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Lesson 4. Elements of Page Design > Selecting and Modifying Table Elements

Selecting and Modifying Table Elements

You can easily select a row, a column, or all the cells in the table. Earlier in this lesson you selected contiguous cells—that is, cells that adjoin or touch one another. You can also select noncontiguous cells—those that do not touch—in a table and modify the properties of those cells. You cannot copy or paste noncontiguous cells. The following steps demonstrate various selection methods.

1.
In the lodging.html document, select the noncontiguous cells in the top row of the remaining table by holding down Command (Macintosh) or Ctrl (Windows) and clicking the first cell, which contains the text “Name.” Continue to hold down the Command or Ctrl key and click the cell containing the text “Price” and also the cell containing the text “Availability.”

All three noncontiguous cells are selected, as shown by the black borders around the individual cells.

2.
Use the Property inspector to change the background color of the selected cells to #CCCCFF.

You can change the background color of single cells, multiple cells, or the entire table, depending on what you have selected. In this step, you change multiple cells at the same time.

You may need to click outside of the table in order for the change to be applied.

3.
Select the noncontiguous “Location,” “Phone,” and “Lens” cells; change their background colors to #9999CC.

You can also apply a background image to single cells, multiple cells at once, or entire tables. The background-image option is also available in the Property inspector, right above the background-color option.

4.
Click inside the “Point Arena” row and position the pointer at the left end of the row, just on the table border. Click when the selection arrow appears; then change the background color to #6699CC.

You may need to roll the pointer up and down the left border of the table in order to get the selection arrow to appear. This selection arrow is a quick way to select a single row or column in a table. When you click the border, all cells in the table become selected and are displayed with black outlines.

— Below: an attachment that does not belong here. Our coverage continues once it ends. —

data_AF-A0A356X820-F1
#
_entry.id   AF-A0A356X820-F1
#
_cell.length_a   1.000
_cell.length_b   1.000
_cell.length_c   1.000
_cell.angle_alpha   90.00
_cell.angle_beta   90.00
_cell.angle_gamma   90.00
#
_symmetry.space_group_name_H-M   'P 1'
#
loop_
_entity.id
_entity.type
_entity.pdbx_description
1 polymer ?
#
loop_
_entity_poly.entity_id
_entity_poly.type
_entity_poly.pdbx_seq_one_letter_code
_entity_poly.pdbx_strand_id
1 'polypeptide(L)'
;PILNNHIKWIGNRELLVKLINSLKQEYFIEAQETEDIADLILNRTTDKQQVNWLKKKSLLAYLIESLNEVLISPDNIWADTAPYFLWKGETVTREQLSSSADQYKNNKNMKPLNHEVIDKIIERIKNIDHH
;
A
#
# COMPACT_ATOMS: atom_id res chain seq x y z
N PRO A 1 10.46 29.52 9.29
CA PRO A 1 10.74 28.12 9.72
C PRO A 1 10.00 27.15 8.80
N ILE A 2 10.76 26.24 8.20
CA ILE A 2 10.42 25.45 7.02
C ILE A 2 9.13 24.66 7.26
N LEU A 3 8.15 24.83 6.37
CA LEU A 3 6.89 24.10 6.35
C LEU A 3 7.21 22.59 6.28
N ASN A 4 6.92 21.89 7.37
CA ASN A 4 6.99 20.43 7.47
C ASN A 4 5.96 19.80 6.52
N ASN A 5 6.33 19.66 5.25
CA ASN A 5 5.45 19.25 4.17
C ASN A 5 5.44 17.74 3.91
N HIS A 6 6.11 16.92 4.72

5.
Continue to change the color of other rows in the table to match the example.

The rows now alternate between white and blue.

6.
Select the “Phone” column by positioning the pointer at the top of the column. Click when the selection arrow appears.

You have selected the entire column.

7.
In the Property inspector, change the horizontal alignment to Center. Leave the vertical alignment as Default.

In standard view, the default setting for horizontal alignment does the same thing as the left setting—it aligns the contents of the selected cells to the left. The default setting for vertical alignment does the same thing as the middle setting—it aligns the contents of the selected cells to the middle.

8.
Select the Lens column by clicking the top cell; then hold down the Shift key and click the bottom cell.

The entire column is selected.

9.
In the Property inspector, change the horizontal alignment to Right.

The lower half of the Property inspector contains the following cell attributes:

  • Merge: Combines two or more selected cells into one cell.

  • Split: Divides a single cell into multiple cells.

  • Horz: Sets the horizontal alignment of the cell's contents to the browser default (usually left for regular cells and center for header cells) or to left, right, or center.

  • Vert: Sets the vertical alignment of the cell's contents to the browser's default (usually middle) or to top, middle, bottom, or baseline.

  • W and H: Sets the width and height of selected cells in pixels. To use percentages, follow the value with a percent sign (%).

  • No Wrap: Prevents word wrapping; cells expand in width to accommodate all data. Normally, cells expand horizontally to accommodate the longest word and then expand vertically.

  • Header: Formats each cell as a table header. The contents of table header cells are bold and centered by default.

  • Bg (top): Sets the background image for the cells.

  • Bg (bottom): Sets the background color for the cells. Background color appears inside the cells only—that is, it does not flow over cell spacing or table borders. If your cell spacing and cell padding are not set to 0, gaps appear between the colored areas even if the border is set to 0.

  • Brdr: Sets the border color for the cells.

You may need to click the expander arrow on the right side of the Property inspector if you do not see these options. You will work with some of these options in the following exercises.

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